Altadena’s 1935 La Vina Fire

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It’s almost fire season in Altadena 
The 2009 Station Fire
Saving Mt. Wilson

And speaking of fires…

On the heels of the 1934 Brown Mountain fire that scorched 3,000 acres above Altadena, the 1935 La Vina fire, fueled by high winds, did substantially more damage. The La Vina fire was named after the sanitarium destroyed in the blaze. (The facility was located at the north end of Lincoln Avenue where La Vina housing development stands today.) 

The inferno swept through the foothills from Millard Canyon to Las Flores Canyon, almost destroying the home of Charles H. Cobb. His estate, elegantly appointed with imported exotic hardwoods was landscaped with combustible eucalyptus, palms and lodge pole pines. 

But the 83 year-old Cobb, with a 200,000 gallon reservoir he’d installed 15 years earlier, was prepared for the fight. (The reservoir is still there, about a quarter mile above the ruins of the house, and now belongs to Las Flores Water Company.)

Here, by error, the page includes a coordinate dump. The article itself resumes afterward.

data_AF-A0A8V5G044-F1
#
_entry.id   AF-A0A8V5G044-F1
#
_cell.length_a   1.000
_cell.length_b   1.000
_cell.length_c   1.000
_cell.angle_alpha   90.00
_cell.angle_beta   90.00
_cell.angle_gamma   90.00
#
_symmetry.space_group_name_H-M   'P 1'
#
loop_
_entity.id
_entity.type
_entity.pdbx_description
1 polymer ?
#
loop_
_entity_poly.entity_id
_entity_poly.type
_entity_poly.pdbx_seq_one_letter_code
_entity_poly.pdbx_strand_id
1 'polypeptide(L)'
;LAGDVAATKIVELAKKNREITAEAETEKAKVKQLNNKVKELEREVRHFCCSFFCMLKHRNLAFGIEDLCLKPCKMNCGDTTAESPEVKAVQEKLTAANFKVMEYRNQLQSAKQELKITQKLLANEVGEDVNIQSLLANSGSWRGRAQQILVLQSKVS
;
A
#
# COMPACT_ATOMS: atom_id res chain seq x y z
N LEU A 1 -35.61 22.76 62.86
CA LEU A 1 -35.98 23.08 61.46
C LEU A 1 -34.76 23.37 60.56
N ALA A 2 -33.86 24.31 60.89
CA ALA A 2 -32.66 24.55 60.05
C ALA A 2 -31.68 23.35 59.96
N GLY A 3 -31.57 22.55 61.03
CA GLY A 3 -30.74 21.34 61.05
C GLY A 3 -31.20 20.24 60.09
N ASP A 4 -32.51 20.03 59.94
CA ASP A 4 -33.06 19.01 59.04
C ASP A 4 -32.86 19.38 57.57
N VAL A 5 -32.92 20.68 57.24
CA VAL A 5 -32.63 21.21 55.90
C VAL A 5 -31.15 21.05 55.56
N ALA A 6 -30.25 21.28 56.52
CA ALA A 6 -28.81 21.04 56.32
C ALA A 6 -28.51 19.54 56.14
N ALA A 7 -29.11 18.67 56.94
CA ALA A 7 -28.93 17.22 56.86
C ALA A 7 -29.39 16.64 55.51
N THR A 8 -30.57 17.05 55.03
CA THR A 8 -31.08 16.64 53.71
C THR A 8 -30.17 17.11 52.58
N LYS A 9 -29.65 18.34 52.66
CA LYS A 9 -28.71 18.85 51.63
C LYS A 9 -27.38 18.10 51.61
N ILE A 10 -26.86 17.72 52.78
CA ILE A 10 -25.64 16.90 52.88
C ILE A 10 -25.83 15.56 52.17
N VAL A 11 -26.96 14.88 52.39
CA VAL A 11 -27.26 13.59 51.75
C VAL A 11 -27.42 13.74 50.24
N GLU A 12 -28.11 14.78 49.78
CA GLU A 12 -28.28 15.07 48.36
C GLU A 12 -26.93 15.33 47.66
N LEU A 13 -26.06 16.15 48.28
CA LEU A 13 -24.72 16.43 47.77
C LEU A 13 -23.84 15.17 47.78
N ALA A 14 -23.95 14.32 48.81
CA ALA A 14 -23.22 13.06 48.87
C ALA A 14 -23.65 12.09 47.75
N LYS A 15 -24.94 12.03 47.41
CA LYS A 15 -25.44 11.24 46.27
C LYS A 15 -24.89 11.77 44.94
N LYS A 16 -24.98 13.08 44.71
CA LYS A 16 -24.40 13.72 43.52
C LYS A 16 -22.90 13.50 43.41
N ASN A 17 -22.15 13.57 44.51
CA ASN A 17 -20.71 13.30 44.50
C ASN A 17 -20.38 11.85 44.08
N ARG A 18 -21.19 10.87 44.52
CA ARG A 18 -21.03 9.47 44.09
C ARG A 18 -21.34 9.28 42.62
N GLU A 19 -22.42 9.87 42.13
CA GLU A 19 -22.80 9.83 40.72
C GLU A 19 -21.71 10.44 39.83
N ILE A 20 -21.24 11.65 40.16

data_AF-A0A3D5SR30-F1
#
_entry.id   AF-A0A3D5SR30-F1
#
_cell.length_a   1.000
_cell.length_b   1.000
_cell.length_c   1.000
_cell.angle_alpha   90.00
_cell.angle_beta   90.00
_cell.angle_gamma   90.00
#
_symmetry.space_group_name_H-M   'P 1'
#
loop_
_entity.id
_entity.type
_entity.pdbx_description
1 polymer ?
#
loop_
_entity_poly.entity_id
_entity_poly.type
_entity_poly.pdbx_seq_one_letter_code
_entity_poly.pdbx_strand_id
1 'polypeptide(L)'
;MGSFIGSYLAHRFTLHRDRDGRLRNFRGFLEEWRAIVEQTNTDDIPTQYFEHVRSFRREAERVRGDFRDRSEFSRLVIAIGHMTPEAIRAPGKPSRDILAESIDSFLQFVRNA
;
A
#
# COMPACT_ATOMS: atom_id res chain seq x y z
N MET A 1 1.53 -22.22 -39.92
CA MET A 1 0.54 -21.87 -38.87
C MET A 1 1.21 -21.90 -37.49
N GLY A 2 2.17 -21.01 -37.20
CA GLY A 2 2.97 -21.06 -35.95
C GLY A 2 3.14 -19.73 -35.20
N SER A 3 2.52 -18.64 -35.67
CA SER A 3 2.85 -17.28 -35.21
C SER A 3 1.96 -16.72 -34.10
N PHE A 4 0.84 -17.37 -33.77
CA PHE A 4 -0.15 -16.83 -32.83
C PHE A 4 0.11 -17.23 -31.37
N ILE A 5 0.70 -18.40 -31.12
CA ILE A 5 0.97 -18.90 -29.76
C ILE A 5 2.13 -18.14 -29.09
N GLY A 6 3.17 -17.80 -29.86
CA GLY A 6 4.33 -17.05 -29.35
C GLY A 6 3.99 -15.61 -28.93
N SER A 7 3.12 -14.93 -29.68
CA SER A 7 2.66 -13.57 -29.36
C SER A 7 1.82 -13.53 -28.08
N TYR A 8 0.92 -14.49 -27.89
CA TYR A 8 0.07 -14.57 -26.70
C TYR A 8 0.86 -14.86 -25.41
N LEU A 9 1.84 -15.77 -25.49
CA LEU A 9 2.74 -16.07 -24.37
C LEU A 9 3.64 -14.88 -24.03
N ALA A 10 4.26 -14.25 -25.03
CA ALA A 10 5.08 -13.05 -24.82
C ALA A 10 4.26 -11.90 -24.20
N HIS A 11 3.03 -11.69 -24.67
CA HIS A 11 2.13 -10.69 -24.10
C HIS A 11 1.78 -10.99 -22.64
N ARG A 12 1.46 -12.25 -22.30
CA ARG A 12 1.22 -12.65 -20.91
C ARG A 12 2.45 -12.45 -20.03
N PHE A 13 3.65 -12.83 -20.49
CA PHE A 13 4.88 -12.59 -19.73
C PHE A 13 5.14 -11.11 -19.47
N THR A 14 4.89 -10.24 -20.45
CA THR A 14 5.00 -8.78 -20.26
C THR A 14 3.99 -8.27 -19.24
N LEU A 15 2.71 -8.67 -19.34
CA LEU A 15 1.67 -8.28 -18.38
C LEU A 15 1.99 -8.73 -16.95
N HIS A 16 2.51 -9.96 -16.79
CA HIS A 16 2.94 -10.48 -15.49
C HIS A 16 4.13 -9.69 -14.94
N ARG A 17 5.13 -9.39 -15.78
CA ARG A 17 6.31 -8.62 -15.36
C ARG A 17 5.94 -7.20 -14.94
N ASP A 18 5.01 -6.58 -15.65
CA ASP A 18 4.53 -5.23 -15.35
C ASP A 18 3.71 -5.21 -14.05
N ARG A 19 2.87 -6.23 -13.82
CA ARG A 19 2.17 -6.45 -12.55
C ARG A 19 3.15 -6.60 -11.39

Cobb’s reservoir as it looks today.

According to the October 24, 1935 issue of the Altadena Press, “About two o’clock in the morning [Cobb] was awakened to find that not only his property‚Ķ but his life and that of his household were endangered. Due to the water system installed on the Las Flores ranch 20 years ago, Mr. Cobb, with the aid of Andrew Anderson, was able to save all of his property with the exception of damage done to a few trees and shrubs. Mr. Cobb handled a water hose bearing 100 pounds pressure, playing it upon a blazing furnace with a few feet of his garage and other buildings, the point first threatened. Mr. Cobb stated that he has contended for many years that the canyons and foothills above Altadena should be periodically burned off by the forestry department to eliminate dangers to property and loss of life, this statement coming from a man who has spent a lifetime in the woods is significant and deserving of careful study.”

Although this is the Station Fire behind JPL, 
you can imagine that the La Vina Fire 
looked pretty much the same.
Photo by Dan Finnerty

Charles Cobb made his fortune in lumber, starting off as a lumberjack in his home state of Maine and later Washington. Prior to retirement he served as president of International Lumber Company. In 1916 he and his wife, Carrie, purchased a substantial part of Las Flores ranch and built their dream home in the shadow of Echo Mountain.


Cobb died in 1939. About 20 years later the house was torn down due to neglect and vandalism. Cobb’s estate, at the top of Lake Avenue, is now a park managed by the U.S. Forest Service.

See photos and read more about the history of the Cobb Estate.